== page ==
DAY 2. Town 3: After visiting Kurri Kurri it is time to hit the road again and head towards my second destination for the day, Gunnedah. The route from Kurri Kurri to Gunnedah takes me through the hunter valley where I notice a lot of coal mining activity and a lot of protesting signs about the coal mining activity – all rather topical given the governments ETS being so prominent in the news at the moment. The mines themselves tend to be hidden from the roads with just signposts alluring to their existence.
As the road goes on I get nearer to Quirindi where the land become flat but surrounded by the Liverpool ranges in the distance. Everything is starting to look more outback. The grass is taking on a burnt brown colouring, everywhere looks dusty, cows take shade under trees and farm windmills struggle to find a breeze to make them turn. The sky is clear blue except for one loan cloud that is about to evaporate.
Having left the New England Highway some miles back, the traffic is easing considerably and I have the road to myself – that is except for a few hundred head of cattle which are merrily grazing the roadside and sometimes venturing across the tarmac. It’s all quite pleasant and reminiscent of my childhood on the family farm.
After about four hours I reach the town of Gunnedah and check in my motel for the night – the Alyn Motel on Conadilly Street, the main street in town. I take this opportunity to find out the “Must See” activities in town which I am advised given the town is ” Koala Capital of the World” I must see a Koala. Apparently there are two choices, one is to head up Porcupine Lookout and see them in the wild or head to the Waterways Wildlife Park. I decide to head up Porcupine Hill to see these magnificent animals in their natural habitat.
Porcupine Lookout is one of those hills that is ideally positioned to get a good view of the whole town and its surrounds. Its from here you appreciate just how flat this part of the world is particularly when compared to the Liverpool ranges in the distance. However, I am disappointed to report that Porcupine Lookout is not always the best place to see Koalas. Sadly I did not spot one. However, give my inability to spot the murals in Kurri Kurri this perhaps comes as no surprise.

DAY 2. Town 3: After visiting Kurri Kurri it is time to hit the road again and head towards my second destination for the day, Gunnedah. The route from Kurri Kurri to Gunnedah takes me through the hunter valley where I notice a lot of coal mining activity and a lot of protesting signs about the coal mining activity – all rather topical given the governments ETS being so prominent in the news at the moment. The mines themselves tend to be hidden from the roads with just signposts alluring to their existence.

As the road goes on I get nearer to Quirindi where the land become flat but surrounded by the Liverpool ranges in the distance. Everything is starting to look more outback. The grass is taking on a burnt brown colouring, everywhere looks dusty, cows take shade under trees and farm windmills struggle to find a breeze to make them turn. The sky is clear blue except for one loan cloud that is about to evaporate.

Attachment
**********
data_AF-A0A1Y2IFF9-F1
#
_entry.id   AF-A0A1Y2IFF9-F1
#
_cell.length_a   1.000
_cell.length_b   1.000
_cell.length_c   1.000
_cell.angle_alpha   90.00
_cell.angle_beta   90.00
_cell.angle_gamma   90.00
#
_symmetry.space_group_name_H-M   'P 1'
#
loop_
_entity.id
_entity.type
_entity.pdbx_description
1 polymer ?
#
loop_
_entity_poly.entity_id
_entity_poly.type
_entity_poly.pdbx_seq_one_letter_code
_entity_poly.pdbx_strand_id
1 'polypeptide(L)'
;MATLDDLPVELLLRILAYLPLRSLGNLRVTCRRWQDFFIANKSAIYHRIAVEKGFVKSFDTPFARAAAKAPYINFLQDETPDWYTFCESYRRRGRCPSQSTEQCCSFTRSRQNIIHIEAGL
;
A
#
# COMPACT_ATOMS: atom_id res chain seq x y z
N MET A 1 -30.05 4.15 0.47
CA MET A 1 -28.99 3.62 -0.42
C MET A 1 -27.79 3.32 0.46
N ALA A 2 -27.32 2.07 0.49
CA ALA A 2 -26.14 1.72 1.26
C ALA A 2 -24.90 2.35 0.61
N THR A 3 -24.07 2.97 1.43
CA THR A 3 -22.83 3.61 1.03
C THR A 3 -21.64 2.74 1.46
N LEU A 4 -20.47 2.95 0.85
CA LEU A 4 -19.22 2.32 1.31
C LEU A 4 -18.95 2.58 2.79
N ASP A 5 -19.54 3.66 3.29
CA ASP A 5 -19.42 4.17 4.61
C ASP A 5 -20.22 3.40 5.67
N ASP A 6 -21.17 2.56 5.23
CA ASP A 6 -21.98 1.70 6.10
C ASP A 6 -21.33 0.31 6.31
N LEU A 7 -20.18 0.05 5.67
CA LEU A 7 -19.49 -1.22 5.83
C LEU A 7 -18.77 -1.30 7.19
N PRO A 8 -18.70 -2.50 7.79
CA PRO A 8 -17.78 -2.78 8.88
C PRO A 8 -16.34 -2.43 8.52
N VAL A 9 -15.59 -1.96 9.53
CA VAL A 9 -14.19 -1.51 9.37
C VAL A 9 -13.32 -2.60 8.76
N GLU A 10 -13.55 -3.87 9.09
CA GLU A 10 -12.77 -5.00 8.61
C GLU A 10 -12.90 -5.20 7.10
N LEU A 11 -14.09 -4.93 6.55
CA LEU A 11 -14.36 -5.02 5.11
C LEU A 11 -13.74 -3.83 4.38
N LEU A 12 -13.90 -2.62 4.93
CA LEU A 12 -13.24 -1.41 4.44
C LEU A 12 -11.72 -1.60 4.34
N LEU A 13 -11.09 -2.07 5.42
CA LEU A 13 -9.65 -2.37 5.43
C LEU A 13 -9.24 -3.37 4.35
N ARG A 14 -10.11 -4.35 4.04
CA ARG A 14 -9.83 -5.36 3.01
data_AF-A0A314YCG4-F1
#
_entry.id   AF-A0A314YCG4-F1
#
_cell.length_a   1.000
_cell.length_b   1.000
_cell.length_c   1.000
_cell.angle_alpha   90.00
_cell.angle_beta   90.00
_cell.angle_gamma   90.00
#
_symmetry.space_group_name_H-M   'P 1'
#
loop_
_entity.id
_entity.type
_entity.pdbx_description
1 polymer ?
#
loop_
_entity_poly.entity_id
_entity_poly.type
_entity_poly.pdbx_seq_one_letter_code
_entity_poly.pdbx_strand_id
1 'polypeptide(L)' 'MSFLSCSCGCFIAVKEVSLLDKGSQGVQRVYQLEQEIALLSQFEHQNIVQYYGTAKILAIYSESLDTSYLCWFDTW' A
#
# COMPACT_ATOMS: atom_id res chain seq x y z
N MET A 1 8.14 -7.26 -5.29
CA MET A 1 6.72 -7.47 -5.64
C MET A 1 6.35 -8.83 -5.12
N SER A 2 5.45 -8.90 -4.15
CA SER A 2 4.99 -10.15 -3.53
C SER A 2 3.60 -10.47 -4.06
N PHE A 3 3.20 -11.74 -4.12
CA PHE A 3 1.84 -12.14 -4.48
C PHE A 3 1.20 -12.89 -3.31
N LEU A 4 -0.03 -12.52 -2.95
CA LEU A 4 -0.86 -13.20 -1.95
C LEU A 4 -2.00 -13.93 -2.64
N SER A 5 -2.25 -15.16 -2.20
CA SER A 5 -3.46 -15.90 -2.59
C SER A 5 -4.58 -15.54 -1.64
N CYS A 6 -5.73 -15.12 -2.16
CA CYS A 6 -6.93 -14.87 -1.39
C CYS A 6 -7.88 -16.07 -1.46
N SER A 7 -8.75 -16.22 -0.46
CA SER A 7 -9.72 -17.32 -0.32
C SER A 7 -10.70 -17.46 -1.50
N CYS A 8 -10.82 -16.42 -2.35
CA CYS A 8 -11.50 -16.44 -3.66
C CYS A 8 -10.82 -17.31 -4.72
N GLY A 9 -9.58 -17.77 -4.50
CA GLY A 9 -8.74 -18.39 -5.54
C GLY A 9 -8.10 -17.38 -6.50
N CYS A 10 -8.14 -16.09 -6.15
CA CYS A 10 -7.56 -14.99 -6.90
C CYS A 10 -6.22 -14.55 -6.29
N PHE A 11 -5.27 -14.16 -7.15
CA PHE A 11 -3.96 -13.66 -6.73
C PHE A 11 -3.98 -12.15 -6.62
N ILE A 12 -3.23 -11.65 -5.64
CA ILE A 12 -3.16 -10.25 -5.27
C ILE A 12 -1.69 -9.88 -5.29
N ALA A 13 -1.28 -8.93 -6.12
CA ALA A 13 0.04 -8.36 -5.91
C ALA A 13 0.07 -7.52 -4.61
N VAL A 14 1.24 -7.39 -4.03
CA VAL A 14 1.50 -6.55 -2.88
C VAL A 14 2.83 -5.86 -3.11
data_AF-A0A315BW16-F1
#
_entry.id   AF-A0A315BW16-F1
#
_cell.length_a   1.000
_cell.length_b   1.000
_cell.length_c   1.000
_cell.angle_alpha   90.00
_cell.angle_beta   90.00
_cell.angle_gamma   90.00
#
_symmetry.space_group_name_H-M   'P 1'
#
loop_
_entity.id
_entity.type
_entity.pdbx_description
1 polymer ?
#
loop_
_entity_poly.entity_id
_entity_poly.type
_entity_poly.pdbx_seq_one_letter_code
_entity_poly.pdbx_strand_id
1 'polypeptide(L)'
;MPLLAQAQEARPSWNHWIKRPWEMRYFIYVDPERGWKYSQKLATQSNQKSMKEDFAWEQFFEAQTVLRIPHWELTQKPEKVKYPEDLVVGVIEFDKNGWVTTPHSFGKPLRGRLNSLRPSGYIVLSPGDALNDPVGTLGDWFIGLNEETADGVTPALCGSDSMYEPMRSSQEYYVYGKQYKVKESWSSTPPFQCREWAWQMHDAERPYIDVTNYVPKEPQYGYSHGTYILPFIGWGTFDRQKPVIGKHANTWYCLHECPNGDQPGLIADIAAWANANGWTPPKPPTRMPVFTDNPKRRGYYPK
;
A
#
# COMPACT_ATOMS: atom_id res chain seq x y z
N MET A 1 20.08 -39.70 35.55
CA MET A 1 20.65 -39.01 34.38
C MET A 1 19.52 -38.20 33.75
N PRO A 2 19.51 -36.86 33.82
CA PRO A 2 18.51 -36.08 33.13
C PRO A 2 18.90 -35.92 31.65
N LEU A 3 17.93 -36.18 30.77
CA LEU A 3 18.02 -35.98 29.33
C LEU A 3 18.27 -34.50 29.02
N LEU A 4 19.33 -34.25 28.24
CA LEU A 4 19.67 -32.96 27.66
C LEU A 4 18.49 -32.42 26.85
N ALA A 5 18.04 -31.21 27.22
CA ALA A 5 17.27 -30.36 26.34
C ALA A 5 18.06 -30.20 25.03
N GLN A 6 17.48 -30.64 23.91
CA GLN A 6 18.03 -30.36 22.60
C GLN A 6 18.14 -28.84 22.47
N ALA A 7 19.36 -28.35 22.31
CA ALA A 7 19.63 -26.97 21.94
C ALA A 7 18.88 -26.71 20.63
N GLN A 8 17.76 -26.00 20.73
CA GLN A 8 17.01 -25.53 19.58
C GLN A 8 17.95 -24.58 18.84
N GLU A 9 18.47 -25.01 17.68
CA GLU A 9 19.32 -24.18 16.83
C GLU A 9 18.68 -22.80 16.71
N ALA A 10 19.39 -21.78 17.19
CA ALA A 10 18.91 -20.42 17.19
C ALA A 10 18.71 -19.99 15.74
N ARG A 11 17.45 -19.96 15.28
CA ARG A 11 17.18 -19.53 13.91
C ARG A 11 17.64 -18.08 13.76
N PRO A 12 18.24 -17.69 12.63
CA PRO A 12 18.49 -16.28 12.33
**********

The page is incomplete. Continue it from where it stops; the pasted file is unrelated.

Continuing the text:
Having left the New England Highway some miles back, the traffic is easing considerably and I have the road to myself – that is except for a few hundred head of cattle which are merrily grazing the roadside and sometimes venturing across the tarmac. It’s all quite pleasant and reminiscent of my childhood on the family farm.

After about four hours I reach the town of Gunnedah and check in my motel for the night – the Alyn Motel on Conadilly Street, the main street in town. I take this opportunity to find out the “Must See” activities in town which I am advised given the town is ” Koala Capital of the World” I must see a Koala. Apparently there are two choices, one is to head up Porcupine Lookout and see them in the wild or head to the Waterways Wildlife Park. I decide to head up Porcupine Hill to see these magnificent animals in their natural habitat.

Porcupine Lookout is one of those hills that is ideally positioned to get a good view of the whole town and its surrounds. Its from here you appreciate just how flat this part of the world is particularly when compared to the Liverpool ranges in the distance. However, I am disappointed to report that Porcupine Lookout is not always the best place to see Koalas. Sadly I did not spot one. However, given my inability to spot the murals in Kurri Kurri this perhaps comes as no surprise.

Disappointed at my lack of sighting of a Koala I head back down the hill to search out some food over which I can reminisce over the times I have seen Koalas in captivity. Thankfully this part of the mission was more successful.
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